The more I think about the Japanese people and music, the more I wonder if perhaps karaoke has something to do with the large number of street performers. After all, karaoke did originate in Kobe, and the people who attend karaoke with their friends and co-workers must have completely adapted to being able to sing in front of groups unabashedly. Maybe karaoke serves as a springboard to street music, eventually catapulting the singer into an audience full of strangers. Even outside of the karaoke establishments, the idea of replacing the vocalist’s voice with that of your own is an idea that is also supported in CD sales. Most CD singles come with a track which has had the vocalist’s part removed so that you can sing along in his/her place. So if you don’t have the time to meet your friends for some karaoke, you can practice in the comfort of your own home! And if you want to be professional about it, you can even buy your own karaoke machine complete with microphone, giving you the power to turn your living room into a high-wattage stage.
Come to think of it, nearly all of my Japanese friends (plus the musically adept or daring friends that I know from other countries) regularly find the time to end a night out with a few hours of karaoke. A lot of the students at Kyobashi also seem to be quite addicted to karaoke and eagerly announce their plans to meet up with some friends for some singing to maintain harmonious vocal chords.
L’arc~en~Ciel and Morning Musume
What do L’arc~en~Ciel and Morning Musume have in common? Nothing… as far as I’m aware of anyway. I’ve been interested in Japanese music for the past 12 years, long before I finally ventured to Japan to explore the land and culture. One of my two favorite Japanese music groups is L’arc~en~Ciel, going way back to 1996 when I first became entranced by their hit song, ‘Honey.’ My second favorite Japanese music group unfortunately disbanded for the second time back in 2004 (if I remember correctly) and seemed to be more widely known overseas than in Japan itself. Or that’s what I’ve been forced to believe after everyone I’ve mentioned the name ‘Weiss Kreuz’ to looks back at me with a blank stare. While it was sad to see Weiss Kreuz go their own separate ways, I’m still very much content to follow up on what L’arc~en~Ciel and their main vocalist, Hyde, is up to. Hyde is a very impressive singer with an incredibly large range of octaves at his command. One of the reasons why this group first caught my attention was during an NHK concert I listened to Hyde drop to a very low octave and then yank it straight up to an octave on the other end of the spectrum without blinking an eye. His unique voice has me hooked on his music.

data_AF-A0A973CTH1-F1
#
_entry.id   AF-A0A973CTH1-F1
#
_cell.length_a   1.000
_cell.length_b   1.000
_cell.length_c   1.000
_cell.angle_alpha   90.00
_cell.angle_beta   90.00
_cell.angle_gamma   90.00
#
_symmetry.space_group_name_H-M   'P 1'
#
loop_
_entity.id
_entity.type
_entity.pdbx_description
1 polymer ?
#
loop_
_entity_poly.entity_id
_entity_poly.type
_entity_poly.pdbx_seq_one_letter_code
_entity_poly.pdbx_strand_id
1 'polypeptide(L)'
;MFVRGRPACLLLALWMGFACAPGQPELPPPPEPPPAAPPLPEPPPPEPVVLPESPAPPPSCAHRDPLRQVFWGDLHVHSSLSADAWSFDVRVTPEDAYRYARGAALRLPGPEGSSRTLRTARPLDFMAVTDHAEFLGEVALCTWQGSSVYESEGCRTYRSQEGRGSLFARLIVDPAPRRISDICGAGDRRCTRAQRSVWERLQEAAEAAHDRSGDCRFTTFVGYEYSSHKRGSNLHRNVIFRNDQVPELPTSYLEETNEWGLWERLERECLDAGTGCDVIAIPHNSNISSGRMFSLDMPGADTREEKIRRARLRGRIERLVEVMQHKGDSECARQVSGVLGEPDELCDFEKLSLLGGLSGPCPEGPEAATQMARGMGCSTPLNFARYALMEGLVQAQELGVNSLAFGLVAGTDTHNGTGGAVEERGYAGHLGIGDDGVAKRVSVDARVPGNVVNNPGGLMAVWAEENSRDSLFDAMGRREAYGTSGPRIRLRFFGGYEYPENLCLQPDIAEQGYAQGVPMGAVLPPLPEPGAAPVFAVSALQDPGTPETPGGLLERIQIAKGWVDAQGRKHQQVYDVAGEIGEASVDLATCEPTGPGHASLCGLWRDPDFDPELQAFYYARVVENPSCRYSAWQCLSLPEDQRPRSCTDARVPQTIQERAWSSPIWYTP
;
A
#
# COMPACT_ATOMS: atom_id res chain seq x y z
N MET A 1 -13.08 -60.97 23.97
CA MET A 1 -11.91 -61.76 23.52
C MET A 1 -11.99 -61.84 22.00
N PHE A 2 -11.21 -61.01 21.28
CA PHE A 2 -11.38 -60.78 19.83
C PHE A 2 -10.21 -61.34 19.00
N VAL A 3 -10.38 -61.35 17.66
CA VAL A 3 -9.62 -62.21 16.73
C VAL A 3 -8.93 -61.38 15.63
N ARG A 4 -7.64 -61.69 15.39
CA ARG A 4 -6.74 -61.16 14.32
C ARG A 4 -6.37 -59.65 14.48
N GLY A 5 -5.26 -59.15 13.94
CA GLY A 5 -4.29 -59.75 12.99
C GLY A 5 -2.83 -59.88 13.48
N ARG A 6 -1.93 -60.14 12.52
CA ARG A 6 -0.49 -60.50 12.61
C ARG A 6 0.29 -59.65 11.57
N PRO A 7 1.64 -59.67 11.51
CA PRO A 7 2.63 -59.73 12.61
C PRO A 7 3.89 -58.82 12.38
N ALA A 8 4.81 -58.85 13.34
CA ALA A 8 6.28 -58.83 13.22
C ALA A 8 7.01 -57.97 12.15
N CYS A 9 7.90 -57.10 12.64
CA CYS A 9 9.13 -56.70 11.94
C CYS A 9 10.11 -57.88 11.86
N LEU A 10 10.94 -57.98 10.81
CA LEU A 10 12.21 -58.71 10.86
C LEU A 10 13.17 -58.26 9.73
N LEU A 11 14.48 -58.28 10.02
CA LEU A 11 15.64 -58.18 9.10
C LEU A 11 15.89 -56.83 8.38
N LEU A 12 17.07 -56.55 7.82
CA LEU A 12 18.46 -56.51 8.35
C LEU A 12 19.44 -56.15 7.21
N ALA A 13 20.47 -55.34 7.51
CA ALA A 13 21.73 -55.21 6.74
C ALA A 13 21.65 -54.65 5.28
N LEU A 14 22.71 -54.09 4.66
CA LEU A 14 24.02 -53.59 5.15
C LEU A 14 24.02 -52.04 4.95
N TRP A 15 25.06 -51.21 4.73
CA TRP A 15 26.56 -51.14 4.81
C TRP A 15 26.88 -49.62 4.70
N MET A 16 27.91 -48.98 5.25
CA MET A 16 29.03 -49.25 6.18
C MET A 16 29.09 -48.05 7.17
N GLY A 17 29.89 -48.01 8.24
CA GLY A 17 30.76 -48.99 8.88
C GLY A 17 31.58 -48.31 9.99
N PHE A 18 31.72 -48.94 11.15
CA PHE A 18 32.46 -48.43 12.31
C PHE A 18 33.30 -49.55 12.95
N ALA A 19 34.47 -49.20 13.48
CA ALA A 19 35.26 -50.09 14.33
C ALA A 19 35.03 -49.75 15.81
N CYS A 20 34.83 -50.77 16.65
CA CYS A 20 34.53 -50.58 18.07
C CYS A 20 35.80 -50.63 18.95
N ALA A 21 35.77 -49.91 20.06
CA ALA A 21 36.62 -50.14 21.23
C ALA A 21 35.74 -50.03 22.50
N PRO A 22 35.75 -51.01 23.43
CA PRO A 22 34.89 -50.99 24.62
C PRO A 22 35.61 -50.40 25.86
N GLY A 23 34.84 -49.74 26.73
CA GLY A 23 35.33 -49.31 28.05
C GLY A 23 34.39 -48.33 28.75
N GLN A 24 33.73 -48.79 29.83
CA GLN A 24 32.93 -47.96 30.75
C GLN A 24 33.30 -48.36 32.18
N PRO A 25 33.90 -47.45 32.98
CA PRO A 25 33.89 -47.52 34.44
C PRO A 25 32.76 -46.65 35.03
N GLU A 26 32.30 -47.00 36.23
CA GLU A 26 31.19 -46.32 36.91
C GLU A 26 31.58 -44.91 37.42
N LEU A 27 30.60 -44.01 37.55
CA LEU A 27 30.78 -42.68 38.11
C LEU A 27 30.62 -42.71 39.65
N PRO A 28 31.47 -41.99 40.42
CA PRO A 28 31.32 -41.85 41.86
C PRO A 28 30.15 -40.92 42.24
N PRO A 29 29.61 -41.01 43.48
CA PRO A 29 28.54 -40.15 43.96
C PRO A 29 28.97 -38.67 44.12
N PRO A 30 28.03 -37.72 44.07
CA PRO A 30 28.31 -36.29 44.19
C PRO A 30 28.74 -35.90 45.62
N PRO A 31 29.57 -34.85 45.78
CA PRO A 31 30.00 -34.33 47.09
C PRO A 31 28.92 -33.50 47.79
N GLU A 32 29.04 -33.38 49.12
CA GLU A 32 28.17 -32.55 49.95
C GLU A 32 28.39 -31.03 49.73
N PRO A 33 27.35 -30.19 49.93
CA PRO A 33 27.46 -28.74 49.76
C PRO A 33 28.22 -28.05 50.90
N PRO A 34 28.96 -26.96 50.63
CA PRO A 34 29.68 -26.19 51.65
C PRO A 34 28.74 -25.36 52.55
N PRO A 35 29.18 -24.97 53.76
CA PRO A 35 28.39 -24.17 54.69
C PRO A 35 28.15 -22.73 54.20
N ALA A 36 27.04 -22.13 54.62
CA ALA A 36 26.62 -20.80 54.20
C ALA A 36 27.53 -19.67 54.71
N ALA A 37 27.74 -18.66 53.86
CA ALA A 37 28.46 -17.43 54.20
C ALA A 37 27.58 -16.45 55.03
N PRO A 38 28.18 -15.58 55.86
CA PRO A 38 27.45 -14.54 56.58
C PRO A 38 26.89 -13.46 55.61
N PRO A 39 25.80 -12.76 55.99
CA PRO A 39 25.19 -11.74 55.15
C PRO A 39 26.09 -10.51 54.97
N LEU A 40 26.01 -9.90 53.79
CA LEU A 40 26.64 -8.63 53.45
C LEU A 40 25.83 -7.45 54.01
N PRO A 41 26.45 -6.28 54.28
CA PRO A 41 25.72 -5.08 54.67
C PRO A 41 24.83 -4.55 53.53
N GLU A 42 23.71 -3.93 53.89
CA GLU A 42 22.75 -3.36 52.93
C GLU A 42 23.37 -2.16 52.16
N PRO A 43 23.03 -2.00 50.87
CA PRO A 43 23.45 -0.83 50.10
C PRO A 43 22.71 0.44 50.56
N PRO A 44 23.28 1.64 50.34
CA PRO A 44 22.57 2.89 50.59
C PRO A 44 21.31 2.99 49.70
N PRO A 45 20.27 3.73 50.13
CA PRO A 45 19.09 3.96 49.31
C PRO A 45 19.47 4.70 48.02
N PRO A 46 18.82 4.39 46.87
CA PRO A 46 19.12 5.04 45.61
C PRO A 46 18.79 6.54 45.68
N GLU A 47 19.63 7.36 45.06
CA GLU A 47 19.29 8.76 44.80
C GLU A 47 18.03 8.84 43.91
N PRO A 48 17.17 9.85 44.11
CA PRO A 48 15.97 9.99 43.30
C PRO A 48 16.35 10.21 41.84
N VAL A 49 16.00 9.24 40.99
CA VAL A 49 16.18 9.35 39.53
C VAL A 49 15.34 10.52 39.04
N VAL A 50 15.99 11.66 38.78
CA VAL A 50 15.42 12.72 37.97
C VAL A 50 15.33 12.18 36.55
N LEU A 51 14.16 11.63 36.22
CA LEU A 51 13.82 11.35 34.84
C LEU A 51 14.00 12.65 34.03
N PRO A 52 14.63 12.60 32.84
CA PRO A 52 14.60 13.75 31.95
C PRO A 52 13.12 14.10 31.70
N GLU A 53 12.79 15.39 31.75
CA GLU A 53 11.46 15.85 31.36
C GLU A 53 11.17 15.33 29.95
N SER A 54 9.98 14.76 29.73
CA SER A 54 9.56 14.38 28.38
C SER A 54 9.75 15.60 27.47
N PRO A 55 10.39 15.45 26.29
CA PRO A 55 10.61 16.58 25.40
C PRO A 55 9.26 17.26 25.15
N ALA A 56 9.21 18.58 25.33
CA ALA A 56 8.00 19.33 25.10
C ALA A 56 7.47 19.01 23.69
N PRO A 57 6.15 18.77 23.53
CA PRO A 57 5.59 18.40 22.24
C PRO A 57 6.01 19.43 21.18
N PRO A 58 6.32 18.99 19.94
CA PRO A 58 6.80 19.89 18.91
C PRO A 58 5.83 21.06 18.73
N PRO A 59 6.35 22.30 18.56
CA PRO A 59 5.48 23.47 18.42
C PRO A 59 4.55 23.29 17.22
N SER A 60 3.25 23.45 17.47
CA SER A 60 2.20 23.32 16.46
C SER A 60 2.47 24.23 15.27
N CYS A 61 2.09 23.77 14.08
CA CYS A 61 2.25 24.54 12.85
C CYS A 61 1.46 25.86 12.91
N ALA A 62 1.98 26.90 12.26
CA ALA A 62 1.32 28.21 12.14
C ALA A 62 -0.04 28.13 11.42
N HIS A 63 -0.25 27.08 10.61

Much the same as me, another Canadian friend of mine is very enthusiastic about a Japanese music group, but his taste in music is slightly different than mine. He’s been in Japan for the past few weeks on a desperate mission to experience everything Japanese before his vacation comes to an end, just after Golden Week finishes. Before he even arrived, his intended agenda was very clear. Sightsee, shop, eat, and (no matter what obstacles may drop into his path) attend a live concert with Morning Musume. This may come as a shock to Morning Musume but he may just be their biggest fan yet!
For anyone who isn’t familiar with Morning Musume, they are both extremely popular and successful as an all-girl J-pop group. While most people won’t have a clue what I’m talking about when I mention ‘Weiss Kreuz’, and quite a few more will ponder over my bad pronunciation of ‘L’arc~en~Ciel’ (I truly cannot pronounce this accurately), after hearing ‘Morning Musume’, bells go off in people’s heads. It isn’t just the music either. Morning Musume, and the girls that make up the group, are well associated with glamour magazines, talk shows, makeup, accessories, apparel, musicals, and… they even have their own Playstation 2 game! So, my friend, who is very appreciative of the Morning Musume phenomena, has had absolutely no problem stocking up on a wide variety of goods since arriving in Japan.